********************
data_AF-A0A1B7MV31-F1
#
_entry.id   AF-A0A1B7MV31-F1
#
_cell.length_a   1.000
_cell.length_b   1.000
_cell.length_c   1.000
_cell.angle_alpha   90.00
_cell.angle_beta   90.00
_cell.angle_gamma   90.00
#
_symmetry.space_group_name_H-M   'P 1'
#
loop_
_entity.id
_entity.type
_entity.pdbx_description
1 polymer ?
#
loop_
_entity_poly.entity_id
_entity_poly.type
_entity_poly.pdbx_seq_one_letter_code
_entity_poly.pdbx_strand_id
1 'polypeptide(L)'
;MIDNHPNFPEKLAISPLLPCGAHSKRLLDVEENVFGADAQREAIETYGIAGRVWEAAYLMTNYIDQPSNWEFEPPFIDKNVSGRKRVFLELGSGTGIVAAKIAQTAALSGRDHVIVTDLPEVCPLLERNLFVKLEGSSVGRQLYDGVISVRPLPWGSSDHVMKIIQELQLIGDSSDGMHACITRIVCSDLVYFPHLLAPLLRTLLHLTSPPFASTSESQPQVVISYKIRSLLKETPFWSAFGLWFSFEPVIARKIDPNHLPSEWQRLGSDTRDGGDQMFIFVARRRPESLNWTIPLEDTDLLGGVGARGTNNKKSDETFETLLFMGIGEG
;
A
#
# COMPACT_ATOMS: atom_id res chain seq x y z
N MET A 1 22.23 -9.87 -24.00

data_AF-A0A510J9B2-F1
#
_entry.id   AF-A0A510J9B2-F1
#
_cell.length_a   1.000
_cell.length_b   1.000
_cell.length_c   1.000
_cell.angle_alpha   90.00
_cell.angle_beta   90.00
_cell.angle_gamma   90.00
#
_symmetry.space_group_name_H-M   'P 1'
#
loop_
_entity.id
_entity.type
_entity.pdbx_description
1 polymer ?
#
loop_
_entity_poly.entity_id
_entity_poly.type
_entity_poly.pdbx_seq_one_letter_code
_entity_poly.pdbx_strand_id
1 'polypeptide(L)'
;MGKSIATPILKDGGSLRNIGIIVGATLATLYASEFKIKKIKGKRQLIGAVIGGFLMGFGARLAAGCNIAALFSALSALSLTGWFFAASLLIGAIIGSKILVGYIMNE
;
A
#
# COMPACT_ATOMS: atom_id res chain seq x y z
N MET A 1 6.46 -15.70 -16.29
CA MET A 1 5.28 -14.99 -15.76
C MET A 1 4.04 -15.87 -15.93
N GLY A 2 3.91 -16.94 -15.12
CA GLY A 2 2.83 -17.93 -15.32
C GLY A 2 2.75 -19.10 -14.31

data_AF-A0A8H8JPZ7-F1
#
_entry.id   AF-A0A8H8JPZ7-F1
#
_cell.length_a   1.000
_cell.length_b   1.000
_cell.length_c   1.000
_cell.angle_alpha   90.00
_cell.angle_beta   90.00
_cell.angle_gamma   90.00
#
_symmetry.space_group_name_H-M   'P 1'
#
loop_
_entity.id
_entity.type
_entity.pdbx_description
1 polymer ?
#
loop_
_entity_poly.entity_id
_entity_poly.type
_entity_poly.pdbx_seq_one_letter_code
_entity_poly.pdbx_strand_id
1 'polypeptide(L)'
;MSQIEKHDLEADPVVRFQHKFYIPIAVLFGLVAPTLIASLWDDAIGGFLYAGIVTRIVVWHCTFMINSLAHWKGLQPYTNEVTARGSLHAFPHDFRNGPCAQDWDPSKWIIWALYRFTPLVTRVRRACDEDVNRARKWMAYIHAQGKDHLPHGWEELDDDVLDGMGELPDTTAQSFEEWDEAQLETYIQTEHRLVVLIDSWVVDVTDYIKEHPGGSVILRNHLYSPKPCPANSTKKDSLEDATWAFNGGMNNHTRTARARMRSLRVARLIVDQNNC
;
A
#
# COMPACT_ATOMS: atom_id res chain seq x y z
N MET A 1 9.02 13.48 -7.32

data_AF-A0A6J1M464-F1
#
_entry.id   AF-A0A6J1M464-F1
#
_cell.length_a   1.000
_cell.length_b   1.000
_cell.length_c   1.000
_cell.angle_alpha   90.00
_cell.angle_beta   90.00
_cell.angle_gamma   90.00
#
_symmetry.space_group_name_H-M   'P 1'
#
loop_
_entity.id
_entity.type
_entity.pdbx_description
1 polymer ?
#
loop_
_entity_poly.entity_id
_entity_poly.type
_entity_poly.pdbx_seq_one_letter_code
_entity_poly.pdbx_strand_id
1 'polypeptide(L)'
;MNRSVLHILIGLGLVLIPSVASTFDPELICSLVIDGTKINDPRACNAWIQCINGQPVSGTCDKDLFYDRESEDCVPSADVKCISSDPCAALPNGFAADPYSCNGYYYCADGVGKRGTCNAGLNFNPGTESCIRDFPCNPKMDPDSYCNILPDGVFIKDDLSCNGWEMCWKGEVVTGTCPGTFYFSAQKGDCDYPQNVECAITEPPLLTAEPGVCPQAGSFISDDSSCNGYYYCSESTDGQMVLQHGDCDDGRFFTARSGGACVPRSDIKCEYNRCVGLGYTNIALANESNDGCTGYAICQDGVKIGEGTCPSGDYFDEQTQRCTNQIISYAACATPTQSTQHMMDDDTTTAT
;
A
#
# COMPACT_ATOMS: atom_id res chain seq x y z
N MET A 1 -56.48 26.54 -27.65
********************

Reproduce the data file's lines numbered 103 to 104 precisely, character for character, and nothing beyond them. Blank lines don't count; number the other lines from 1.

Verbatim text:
_cell.length_a   1.000
_cell.length_b   1.000